Dysregulated responses to stress and weight in people with type 2 diabetes

Ruth Hackett, Alessia Gareddu, Laura Panagi, Andrew Steptoe, Lydia Poole

Research output: Contribution to journalArticlepeer-review

9 Downloads (Pure)


Objective: Dysregulated stress responsivity has been linked with weight gain in healthy samples. However, the relationship between disturbances in stress-related biology and changes in weight in people with type 2 diabetes (T2D) is unclear.

Method: A total of 66 participants with T2D underwent laboratory stress-testing in 2011-2012. Cardiovascular, neuroendocrine and inflammatory responses to standardised mental stress were assessed, and Body Mass Index (BMI) was measured. Participants self-reported information on BMI in 2019. Associations between stress-related biological responses and BMI at follow-up were modelled using linear regression adjusting for age, sex, resting biological levels and baseline BMI.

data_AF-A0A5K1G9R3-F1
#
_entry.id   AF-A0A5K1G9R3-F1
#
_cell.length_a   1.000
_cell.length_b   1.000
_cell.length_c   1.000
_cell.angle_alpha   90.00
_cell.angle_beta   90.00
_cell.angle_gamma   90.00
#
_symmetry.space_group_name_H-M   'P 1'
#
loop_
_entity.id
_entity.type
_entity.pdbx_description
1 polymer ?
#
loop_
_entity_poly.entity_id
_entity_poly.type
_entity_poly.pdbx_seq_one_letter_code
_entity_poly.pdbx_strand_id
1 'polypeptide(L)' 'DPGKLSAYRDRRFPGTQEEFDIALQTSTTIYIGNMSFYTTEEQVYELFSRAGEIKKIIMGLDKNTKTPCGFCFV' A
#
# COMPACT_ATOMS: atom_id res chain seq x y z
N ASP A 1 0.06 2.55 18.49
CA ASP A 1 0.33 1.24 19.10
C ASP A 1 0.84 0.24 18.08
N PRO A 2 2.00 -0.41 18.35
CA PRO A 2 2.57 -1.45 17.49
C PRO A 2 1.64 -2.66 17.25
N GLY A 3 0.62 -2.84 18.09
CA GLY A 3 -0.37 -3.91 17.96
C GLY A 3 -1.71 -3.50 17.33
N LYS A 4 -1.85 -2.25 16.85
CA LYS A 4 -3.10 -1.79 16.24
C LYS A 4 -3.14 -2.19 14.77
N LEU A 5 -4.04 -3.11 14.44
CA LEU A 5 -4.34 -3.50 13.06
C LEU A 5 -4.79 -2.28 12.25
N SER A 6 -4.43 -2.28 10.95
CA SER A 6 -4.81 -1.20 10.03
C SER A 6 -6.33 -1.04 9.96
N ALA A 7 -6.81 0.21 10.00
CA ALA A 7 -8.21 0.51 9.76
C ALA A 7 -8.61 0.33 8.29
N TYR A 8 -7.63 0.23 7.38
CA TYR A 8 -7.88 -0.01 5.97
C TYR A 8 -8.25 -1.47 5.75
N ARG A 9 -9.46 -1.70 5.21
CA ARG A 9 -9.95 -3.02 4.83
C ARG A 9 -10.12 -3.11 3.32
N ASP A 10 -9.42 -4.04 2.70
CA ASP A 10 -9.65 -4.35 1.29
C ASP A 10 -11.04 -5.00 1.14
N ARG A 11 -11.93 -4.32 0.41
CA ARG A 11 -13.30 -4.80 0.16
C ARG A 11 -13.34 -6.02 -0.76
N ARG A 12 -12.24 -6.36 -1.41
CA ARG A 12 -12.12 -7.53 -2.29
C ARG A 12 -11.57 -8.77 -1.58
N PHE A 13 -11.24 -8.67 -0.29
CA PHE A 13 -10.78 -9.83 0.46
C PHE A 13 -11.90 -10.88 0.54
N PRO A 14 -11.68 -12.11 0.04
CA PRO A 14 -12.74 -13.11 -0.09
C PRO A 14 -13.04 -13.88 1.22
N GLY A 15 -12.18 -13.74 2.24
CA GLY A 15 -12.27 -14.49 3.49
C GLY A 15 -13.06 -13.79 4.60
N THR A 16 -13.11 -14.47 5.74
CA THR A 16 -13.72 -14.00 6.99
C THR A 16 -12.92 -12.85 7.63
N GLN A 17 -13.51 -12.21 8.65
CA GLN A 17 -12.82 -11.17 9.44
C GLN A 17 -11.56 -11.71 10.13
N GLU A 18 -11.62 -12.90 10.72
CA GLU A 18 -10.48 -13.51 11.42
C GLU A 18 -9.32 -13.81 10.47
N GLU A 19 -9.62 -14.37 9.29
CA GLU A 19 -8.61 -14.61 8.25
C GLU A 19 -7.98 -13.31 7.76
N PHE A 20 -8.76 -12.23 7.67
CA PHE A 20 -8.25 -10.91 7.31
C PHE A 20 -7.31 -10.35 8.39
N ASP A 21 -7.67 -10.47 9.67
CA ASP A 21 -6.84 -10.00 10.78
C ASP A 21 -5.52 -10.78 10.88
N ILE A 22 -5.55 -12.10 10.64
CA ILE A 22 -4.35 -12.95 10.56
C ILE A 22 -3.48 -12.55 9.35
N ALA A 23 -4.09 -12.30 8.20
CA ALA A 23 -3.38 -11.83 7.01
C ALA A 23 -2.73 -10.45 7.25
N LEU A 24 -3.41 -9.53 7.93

Results: Blunted diastolic blood pressure reactivity (B = -0.092, 95% CI -0.177; -0.007, p = 0.034) as well as poorer systolic blood pressure (B = -0.050, 95% CI -0.084; - 0.017, p = 0.004), diastolic blood pressure (B = -0.068, 95% CI -0.132; -0.004, p = 0.034) and heart rate (B=-0.122, 95% CI -0.015;-0.230, p=0.027) recovery post-stress were associated with higher BMI 7.5 years later. Greater interleukin-1 receptor antagonist (B = 16.93, 95% CI 6.20; 27.67, p = 0.003) and monocyte chemoattractant protein-1 reactivity (B = 0.04, 95% CI 0.002; 0.084, p = 0.041) were associated with weight gain. No significant associations were detected for interleukin-6 or laboratory cortisol measures.

Conclusion: Disturbances in stress-related biology may promote weight gain in people with T2D. Research with a larger sample size is required to explore associations between stress responsivity and BMI in people with T2D.
Original languageEnglish
JournalJournal of Psychosomatic Research
Publication statusAccepted/In press - 3 May 2023


Dive into the research topics of 'Dysregulated responses to stress and weight in people with type 2 diabetes'. Together they form a unique fingerprint.

Cite this